Review: The Faithful Executioner: Life and Death, Honour and Shame in the Turbulent Sixteenth Century by Joel F. Harrington

The Faithful Executioner [2013] – ★★★1/2

A technically proficient and reliable executioner was himself the very embodiment of the sword of justice in action – swift, unwavering, deadly, but never appearing susceptible to arbitrary or gratuitous cruelty” [Harrington, Farrar, Straus and Giroux Publications, 2013: 67].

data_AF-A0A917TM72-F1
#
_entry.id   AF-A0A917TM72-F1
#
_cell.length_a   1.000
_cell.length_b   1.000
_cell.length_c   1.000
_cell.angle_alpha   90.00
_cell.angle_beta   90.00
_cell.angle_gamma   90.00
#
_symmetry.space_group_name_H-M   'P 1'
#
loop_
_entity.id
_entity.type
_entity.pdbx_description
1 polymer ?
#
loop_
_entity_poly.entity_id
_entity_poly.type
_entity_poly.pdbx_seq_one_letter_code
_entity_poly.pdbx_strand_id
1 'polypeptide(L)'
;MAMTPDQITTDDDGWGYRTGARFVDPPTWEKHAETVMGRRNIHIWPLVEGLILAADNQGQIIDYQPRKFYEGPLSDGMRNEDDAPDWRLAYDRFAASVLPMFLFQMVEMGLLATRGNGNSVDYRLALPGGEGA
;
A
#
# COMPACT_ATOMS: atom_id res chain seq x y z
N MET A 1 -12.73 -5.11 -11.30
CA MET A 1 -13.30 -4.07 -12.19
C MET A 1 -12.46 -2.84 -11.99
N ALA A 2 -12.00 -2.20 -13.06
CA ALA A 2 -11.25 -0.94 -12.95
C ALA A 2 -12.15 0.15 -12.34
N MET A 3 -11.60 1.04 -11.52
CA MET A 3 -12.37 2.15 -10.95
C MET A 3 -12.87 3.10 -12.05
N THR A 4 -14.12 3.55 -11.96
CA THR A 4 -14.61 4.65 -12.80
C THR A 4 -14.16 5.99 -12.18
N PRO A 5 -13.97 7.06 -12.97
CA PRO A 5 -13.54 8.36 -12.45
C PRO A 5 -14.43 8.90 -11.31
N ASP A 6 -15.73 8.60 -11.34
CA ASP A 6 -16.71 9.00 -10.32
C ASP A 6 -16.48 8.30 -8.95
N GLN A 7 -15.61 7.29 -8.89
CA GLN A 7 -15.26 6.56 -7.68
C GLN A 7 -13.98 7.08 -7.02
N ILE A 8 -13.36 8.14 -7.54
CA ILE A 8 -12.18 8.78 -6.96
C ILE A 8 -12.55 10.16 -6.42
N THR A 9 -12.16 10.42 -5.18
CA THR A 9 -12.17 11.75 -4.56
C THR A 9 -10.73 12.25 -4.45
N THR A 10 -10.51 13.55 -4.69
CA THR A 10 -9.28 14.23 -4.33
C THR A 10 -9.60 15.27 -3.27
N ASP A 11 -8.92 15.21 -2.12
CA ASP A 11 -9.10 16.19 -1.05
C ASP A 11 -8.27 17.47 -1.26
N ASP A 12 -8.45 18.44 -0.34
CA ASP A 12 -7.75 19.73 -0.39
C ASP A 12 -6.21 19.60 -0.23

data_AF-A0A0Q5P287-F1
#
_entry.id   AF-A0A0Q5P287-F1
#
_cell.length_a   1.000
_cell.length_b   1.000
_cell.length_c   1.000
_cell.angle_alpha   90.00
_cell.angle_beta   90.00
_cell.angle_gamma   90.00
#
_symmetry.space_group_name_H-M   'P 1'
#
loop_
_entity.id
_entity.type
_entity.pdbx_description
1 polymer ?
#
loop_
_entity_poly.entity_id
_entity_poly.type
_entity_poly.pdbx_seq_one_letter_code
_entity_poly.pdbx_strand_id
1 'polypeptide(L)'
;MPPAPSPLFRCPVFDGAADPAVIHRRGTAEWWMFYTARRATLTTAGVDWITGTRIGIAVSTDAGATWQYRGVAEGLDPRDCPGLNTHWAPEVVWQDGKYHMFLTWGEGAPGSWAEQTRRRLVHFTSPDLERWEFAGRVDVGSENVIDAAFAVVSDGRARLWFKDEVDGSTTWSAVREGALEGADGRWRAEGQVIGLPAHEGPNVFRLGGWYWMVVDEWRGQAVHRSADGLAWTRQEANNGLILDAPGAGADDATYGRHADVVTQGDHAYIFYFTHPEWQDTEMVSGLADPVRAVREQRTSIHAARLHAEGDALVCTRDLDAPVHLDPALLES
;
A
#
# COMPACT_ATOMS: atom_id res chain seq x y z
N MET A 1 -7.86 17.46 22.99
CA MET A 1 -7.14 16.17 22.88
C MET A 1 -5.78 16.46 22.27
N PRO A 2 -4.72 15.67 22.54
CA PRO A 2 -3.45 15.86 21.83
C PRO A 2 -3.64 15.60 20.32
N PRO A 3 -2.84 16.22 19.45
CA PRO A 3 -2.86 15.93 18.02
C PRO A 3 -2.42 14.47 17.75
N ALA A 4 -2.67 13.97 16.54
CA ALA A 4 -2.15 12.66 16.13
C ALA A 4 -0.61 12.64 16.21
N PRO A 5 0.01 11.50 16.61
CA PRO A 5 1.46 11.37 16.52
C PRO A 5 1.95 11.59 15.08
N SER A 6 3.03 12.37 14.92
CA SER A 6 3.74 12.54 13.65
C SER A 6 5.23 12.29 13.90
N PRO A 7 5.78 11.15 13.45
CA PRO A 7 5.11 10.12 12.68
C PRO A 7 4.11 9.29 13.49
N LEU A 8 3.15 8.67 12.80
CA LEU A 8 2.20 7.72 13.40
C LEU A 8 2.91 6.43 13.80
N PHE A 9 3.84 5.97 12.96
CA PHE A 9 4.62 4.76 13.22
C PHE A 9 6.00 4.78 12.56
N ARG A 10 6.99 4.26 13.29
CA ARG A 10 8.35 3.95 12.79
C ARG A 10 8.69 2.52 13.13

This book is a biography of Franz Schmidt (1555-1634), a public executioner who lived in what is now Germany in the Renaissance period. He kept a diary for the majority of his professional life, which lasted some forty-five years and included the execution of at least three hundred and sixty one people. Harrington traces Schmidt’s life, from his apprenticeship to him becoming a master of his craft, a healer, a family man and, finally, “an honourable member of society”, grounding his research in Schmidt’s dairy. After gaining technical skills, Schmidt travelled several years across the country, performing executions for a fee (as was customary), and though associating with a dishonourable profession, always tried to challenge the social stigma and strived to be part of the honourable society, taking pains to avoid associating with the world of immorality, including gambling, drinking and fighting. Harrington’s non-fiction is not for the squeamish and the biography presented is a bit misguided, but those who are interested in the history of criminal punishment will find much here to consider at length.

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